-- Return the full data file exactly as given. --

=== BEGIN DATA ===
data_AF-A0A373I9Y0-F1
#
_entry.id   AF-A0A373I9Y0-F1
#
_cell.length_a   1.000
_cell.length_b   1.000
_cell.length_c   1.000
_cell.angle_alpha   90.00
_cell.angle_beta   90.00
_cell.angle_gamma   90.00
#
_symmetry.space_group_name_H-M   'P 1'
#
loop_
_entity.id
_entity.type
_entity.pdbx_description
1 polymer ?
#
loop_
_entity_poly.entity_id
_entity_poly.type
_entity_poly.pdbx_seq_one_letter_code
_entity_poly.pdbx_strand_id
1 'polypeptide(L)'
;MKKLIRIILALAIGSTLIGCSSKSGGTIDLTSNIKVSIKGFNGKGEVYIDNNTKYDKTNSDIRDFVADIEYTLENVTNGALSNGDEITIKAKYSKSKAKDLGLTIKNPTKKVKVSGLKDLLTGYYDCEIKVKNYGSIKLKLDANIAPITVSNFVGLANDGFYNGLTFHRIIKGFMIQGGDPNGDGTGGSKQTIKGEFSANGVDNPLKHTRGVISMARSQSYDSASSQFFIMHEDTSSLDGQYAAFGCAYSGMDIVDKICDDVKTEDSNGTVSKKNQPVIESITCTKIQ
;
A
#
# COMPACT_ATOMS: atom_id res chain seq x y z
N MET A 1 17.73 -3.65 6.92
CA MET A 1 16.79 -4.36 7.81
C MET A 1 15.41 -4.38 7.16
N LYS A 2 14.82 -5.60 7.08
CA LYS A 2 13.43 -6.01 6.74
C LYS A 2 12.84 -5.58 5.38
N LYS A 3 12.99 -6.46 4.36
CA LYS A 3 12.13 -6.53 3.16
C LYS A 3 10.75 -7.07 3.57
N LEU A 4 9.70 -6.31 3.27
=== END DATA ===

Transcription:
data_AF-A0A373I9Y0-F1
#
_entry.id   AF-A0A373I9Y0-F1
#
_cell.length_a   1.000
_cell.length_b   1.000
_cell.length_c   1.000
_cell.angle_alpha   90.00
_cell.angle_beta   90.00
_cell.angle_gamma   90.00
#
_symmetry.space_group_name_H-M   'P 1'
#
loop_
_entity.id
_entity.type
_entity.pdbx_description
1 polymer ?
#
loop_
_entity_poly.entity_id
_entity_poly.type
_entity_poly.pdbx_seq_one_letter_code
_entity_poly.pdbx_strand_id
1 'polypeptide(L)'
;MKKLIRIILALAIGSTLIGCSSKSGGTIDLTSNIKVSIKGFNGKGEVYIDNNTKYDKTNSDIRDFVADIEYTLENVTNGALSNGDEITIKAKYSKSKAKDLGLTIKNPTKKVKVSGLKDLLTGYYDCEIKVKNYGSIKLKLDANIAPITVSNFVGLANDGFYNGLTFHRIIKGFMIQGGDPNGDGTGGSKQTIKGEFSANGVDNPLKHTRGVISMARSQSYDSASSQFFIMHEDTSSLDGQYAAFGCAYSGMDIVDKICDDVKTEDSNGTVSKKNQPVIESITCTKIQ
;
A
#
# COMPACT_ATOMS: atom_id res chain seq x y z
N MET A 1 17.73 -3.65 6.92
CA MET A 1 16.79 -4.36 7.81
C MET A 1 15.41 -4.38 7.16
N LYS A 2 14.82 -5.60 7.08
CA LYS A 2 13.43 -6.01 6.74
C LYS A 2 12.84 -5.58 5.38
N LYS A 3 12.99 -6.46 4.36
CA LYS A 3 12.13 -6.53 3.16
C LYS A 3 10.75 -7.07 3.57
N LEU A 4 9.70 -6.31 3.27